Emphasizing the Communal Aspect of Christianity in Woodlawn
By David Holmes and Jackson Whorton
Groveland Baptist Church sits at the junction 5th Avenue South and 1st Avenue South just across the tracks from central Woodlawn. When you are driving by, if you blink, you might miss its modest brick building. Other than its steeple, there are no noticeable landmarks to distinguish its presence within the community, no flashy decorations or animated sign call attention to it. Despite its lack of overt visual representation, Groveland has not been content to detach itself from the world during its many years as a congregation and has had a notable history as an institution and worthwhile presence as a body of believers. This church has continuously sought to aid its community throughout its history and presence in Woodlawn.
Groveland and Woodlawn
The church began in 1905, meeting at a different location: 6620 Lewis Street within the community of Groveland. While this area of Woodlawn has now been erased due to the construction of Interstate 59 and the expansion of the Birmingham Airport, it was once an African American community. In 1910, the church would gained enough members to construct a building on 452 66th Street North (Bhamwiki). When the land was taken for the interstate and airport, the congregation erected its current building in 1971. Despite its reconstruction, the building still contains pieces of its past in the form of the cornerstone of the original property and its bell (Bains 2022).
During the civil rights movement of the 1950s and 1960s, the church was part of the Alabama Christian Movement for Human Rights led by the Reverend Fred Shuttlesworth. Therefore the church has been designed by the Birmingham Historical Society as a “Movement church.” Like others it was part of “a sustained campaign of marches and nonviolent action to protest segregation in Birmingham” (The Martin Luther King, Jr., Research and Education Institute).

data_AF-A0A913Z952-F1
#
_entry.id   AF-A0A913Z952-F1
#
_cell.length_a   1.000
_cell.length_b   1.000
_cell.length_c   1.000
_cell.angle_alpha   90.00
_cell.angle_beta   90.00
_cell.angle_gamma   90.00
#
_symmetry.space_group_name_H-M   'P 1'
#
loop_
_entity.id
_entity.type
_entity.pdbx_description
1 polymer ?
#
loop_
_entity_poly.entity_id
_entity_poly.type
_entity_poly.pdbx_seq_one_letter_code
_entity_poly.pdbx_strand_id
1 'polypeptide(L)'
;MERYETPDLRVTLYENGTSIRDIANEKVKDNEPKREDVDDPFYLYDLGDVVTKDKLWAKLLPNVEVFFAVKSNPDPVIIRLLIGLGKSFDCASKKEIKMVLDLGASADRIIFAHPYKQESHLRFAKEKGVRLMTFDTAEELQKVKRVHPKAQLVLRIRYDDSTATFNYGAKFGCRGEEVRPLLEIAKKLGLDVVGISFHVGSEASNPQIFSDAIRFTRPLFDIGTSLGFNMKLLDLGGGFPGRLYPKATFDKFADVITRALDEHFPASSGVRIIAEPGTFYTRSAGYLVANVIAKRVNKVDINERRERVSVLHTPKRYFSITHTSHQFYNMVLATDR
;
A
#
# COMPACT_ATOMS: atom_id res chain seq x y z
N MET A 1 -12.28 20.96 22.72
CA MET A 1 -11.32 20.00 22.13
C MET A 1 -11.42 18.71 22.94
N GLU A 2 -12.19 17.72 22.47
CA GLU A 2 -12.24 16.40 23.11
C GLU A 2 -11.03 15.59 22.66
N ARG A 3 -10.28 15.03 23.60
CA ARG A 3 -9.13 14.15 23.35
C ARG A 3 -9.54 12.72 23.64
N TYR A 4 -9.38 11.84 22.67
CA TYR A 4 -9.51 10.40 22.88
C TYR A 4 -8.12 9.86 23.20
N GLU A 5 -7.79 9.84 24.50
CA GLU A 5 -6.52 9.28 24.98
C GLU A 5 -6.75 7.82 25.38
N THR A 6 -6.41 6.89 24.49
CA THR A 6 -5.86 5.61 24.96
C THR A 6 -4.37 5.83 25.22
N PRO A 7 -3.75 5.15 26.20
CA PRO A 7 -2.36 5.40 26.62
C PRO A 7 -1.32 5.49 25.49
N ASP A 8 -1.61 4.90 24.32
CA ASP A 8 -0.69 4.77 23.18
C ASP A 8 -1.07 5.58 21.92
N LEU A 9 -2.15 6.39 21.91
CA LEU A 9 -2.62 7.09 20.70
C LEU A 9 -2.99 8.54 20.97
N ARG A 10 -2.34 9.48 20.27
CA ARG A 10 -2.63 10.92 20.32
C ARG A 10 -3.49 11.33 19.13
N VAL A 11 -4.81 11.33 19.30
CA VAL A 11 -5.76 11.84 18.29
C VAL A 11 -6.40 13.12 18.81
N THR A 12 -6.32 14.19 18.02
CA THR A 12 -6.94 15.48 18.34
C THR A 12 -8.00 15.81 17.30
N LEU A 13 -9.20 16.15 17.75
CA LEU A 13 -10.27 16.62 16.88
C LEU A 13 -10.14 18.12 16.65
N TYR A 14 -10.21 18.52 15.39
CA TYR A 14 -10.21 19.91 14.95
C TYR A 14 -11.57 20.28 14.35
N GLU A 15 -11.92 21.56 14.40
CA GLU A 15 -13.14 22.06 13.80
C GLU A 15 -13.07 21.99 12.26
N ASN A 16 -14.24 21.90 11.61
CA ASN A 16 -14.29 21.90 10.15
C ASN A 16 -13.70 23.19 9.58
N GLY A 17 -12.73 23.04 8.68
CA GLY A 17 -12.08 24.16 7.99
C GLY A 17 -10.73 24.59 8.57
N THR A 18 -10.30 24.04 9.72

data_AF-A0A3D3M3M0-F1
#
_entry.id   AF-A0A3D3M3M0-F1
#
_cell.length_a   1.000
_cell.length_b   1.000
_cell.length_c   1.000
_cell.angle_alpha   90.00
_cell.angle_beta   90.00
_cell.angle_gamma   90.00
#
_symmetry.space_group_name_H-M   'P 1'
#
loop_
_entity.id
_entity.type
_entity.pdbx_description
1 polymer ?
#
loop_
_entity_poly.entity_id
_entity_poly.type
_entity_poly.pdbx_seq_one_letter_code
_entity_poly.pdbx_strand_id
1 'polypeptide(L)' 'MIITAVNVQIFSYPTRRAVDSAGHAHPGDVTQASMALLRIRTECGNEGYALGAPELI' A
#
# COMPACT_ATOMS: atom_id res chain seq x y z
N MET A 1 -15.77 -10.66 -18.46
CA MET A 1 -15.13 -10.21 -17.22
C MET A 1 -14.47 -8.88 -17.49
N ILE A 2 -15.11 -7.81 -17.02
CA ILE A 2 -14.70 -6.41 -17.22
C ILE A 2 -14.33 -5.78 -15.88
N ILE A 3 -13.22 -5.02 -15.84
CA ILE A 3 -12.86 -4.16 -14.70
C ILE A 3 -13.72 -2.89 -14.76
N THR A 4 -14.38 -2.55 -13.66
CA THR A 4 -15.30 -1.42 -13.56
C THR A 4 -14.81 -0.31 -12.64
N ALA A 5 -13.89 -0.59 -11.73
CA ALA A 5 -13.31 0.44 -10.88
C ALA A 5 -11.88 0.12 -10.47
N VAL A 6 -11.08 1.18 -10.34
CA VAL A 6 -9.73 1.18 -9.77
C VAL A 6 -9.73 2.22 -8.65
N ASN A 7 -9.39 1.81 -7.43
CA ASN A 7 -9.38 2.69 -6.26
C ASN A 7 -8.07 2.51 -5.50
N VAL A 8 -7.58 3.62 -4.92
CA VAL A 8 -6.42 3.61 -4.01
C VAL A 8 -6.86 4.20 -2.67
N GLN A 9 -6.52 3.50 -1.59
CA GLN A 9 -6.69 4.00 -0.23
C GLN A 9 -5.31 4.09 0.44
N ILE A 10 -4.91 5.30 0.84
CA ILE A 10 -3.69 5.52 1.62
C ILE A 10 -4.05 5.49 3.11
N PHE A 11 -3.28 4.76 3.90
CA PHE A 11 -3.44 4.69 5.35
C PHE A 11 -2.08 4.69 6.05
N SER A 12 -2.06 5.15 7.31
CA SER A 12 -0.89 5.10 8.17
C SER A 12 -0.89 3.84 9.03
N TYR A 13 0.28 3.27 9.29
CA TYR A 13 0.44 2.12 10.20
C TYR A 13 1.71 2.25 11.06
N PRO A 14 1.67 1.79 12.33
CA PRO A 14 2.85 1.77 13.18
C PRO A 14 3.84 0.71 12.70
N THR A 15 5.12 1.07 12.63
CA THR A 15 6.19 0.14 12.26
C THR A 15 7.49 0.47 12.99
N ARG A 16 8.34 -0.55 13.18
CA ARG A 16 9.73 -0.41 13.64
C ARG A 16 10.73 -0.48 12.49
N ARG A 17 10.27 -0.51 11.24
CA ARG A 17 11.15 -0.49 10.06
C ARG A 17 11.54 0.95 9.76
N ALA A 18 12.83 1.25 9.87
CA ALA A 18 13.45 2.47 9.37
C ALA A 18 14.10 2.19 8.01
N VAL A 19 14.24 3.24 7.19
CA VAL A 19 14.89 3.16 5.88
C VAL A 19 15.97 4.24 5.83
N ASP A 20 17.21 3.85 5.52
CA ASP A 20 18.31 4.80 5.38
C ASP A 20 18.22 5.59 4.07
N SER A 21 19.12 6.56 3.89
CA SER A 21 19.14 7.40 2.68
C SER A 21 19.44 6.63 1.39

While the church building looks unassuming at first glance, further investigation uncovers unique features. The current building has two pieces from the former church building on 66th Street. The first piece from the former church is its bell. It sits near the front door, beside it is the original cornerstone which, while difficult to read today, states the date the church on 66th Street was built along with the founding pastor and trustees. While the original cornerstone is difficult to decipher, there is a newer date stone on the current building states the founding pastor and original location while also stating the names of the trustees and deacons from the time the church moved from 66th Street to Fifth Avenue.
The church emphasizes community and local growth specifically in their teachings. In relation to these themes, in his sermon in the worship service on October 31, 2022, Pastor James Johnson discussed Mark 2:13-17 and the implications of Jesus’s perspective on humanity for believers. Referencing a historical lineage of worshippers reliant on scriptural memorization over literacy, he discussed verses in which “highlighting” the purpose of Jesus Christ (Facebook 00:26:10-00:30:15). He discussed the 117th anniversary of Groveland Baptist and how Groveland Baptist has “fallen short” in the area of evangelism (00:31:40-00:32:10). Focusing on the meaning of the word “evangelism,” he discussed Jesus’s “purpose: to seek and to save that which is lost” (00:32:14-00:32:54). With this principle as a foundation, Pastor Johnson exhorted the congregation to take note of their purpose and pursue spreading the gospel to their neighbors (00:51:22-00:58:30).
Overall, Groveland Baptist Church continues to highlight the community of believers, emphasizing relationships between Christians and the people around them. They act as an institution by which the wider community of Woodlawn can rely, providing for their neighbors and seeking to serve the people of the Birmingham area as Christ would serve others.
Groveland Baptist Church
Location: 5437 5th Ave S, Birmingham, AL 35212
Current church building erected: 1971
“Alabama Christian Movement for Human Rights (ACMHR).” The Martin Luther King, Jr., Research and Education Institute, April 5, 2018. https://kinginstitute.stanford.edu/encyclopedia/alabama-christian-movement-human-rights-acmhr.
Bains, David R. “Groveland Baptist Church (Birmingham Churches and Their Cornerstones).” Chasing Churches, May 25, 2022. https://chasingchurches.com/2022/05/25/groveland-baptist-church-birmingham-churches-and-their-cornerstones/.
“Groveland Baptist Church Was Live.: By Groveland Baptist Church.” Facebook, October 31, 2022. https://www.facebook.com/grovelandbaptchurch/videos/666115501536165.
“Groveland Baptist Church.” Bhamwiki. Accessed October 28, 2022. https://www.bhamwiki.com/w/Groveland_Baptist_Church.
David Holmes ’21 and Jackson Whorton ’21 were students in Introduction to
World Religions in Samford University’s Department of Biblical & Religious Studies in
Published April 22, 2023.